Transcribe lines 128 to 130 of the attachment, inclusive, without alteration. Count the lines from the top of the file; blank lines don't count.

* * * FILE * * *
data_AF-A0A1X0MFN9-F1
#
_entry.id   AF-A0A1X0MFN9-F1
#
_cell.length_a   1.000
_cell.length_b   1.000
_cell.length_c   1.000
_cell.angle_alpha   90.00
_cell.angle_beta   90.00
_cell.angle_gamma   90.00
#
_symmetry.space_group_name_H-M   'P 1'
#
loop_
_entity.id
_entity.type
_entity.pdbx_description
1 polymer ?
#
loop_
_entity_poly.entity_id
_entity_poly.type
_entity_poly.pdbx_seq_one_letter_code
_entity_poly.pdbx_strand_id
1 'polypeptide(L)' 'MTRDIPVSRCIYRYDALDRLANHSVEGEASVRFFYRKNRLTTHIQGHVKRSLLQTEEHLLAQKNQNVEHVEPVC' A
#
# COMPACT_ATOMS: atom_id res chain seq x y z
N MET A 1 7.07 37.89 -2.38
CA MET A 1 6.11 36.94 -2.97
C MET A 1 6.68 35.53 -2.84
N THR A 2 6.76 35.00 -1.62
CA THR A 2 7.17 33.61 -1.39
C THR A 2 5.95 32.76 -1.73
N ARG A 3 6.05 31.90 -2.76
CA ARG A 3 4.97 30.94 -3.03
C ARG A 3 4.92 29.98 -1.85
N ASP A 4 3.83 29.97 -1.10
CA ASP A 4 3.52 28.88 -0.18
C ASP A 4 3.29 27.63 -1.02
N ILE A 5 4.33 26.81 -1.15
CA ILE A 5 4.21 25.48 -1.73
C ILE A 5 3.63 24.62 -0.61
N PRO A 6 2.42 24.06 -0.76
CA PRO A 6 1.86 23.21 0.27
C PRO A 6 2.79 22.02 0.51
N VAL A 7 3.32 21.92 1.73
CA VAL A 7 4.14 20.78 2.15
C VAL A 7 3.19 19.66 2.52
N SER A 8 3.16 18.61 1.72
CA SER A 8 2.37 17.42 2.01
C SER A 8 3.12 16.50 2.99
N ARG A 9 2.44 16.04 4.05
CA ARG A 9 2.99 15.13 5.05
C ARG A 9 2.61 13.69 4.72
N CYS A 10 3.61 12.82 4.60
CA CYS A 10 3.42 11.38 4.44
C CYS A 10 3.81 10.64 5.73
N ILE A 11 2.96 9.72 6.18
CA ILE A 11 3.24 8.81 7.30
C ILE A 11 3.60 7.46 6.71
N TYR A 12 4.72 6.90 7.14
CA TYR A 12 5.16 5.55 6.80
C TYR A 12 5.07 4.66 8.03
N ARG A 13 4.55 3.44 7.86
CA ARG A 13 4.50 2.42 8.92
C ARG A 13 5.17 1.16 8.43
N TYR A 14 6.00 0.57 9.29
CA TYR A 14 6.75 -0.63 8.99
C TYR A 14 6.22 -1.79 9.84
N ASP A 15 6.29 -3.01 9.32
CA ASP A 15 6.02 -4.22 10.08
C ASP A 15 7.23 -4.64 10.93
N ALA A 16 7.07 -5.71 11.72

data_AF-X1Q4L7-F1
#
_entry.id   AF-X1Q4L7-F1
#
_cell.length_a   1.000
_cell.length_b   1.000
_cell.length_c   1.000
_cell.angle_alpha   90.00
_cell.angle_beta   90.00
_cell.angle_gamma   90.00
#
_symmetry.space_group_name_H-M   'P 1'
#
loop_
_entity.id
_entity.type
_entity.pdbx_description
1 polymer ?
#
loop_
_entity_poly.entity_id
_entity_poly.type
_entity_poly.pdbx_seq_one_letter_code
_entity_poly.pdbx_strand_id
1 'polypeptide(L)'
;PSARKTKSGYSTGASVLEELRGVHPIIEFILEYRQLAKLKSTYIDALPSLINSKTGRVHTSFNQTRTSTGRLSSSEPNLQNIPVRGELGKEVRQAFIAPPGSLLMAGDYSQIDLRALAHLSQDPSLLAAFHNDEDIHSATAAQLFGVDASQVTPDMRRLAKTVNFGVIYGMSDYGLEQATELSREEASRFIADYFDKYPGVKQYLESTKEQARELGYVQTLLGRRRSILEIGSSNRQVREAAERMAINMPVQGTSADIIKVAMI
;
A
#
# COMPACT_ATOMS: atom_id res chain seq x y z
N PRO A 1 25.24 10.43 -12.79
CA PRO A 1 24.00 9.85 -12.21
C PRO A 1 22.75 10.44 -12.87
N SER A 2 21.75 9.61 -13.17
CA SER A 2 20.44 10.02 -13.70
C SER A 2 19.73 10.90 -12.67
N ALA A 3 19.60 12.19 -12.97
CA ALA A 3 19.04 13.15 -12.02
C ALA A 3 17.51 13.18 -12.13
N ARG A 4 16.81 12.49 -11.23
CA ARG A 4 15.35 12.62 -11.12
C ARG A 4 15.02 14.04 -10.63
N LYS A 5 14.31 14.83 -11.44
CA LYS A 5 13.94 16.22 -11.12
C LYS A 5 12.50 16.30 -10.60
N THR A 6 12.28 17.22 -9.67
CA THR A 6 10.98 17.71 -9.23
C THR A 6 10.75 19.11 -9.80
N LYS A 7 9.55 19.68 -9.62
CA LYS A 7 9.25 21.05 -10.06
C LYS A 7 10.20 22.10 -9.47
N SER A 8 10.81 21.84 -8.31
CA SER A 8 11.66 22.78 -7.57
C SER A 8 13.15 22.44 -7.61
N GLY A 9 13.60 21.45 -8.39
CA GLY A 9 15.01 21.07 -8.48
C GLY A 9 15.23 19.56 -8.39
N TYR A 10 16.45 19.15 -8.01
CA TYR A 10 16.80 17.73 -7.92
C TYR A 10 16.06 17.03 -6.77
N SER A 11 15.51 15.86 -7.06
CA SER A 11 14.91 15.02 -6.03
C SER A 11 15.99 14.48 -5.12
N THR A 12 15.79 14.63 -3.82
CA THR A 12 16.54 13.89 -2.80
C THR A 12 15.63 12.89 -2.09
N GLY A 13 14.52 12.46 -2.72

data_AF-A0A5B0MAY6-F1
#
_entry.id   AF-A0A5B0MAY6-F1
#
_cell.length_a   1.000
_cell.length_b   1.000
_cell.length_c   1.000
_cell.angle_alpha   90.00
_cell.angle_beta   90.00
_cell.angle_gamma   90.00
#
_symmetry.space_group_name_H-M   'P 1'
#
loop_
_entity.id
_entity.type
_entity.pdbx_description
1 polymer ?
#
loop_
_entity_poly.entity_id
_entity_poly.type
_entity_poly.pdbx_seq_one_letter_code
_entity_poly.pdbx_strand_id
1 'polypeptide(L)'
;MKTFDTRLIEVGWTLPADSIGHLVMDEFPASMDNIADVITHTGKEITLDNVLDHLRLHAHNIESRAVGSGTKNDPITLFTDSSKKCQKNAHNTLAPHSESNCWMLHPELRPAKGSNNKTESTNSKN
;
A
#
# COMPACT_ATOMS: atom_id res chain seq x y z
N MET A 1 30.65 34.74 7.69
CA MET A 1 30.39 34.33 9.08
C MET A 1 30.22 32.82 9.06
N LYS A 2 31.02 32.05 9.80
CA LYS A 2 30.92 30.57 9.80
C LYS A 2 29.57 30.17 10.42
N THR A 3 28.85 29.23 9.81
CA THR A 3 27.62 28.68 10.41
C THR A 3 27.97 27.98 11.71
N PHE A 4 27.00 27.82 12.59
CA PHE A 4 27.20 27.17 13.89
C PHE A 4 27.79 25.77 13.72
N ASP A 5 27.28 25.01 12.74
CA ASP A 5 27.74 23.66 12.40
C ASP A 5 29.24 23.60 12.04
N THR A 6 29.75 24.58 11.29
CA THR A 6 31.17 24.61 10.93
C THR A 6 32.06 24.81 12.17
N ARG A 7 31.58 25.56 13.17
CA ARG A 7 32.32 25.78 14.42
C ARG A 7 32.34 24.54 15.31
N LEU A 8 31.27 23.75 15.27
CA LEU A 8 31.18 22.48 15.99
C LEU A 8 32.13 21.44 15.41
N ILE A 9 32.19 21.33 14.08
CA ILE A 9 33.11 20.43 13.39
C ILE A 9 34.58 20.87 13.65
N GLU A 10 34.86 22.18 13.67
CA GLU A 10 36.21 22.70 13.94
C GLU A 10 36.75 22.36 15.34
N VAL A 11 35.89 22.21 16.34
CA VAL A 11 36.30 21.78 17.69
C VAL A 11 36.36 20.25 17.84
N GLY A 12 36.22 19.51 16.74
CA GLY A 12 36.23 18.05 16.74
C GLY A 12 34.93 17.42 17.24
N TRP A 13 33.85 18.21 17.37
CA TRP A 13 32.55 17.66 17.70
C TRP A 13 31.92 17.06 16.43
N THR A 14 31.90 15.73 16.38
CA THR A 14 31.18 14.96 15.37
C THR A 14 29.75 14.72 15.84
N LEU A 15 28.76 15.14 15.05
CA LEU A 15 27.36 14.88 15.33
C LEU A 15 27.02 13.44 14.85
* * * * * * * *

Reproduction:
N GLY A 9 13.60 21.45 -8.39
CA GLY A 9 15.01 21.07 -8.48
C GLY A 9 15.23 19.56 -8.39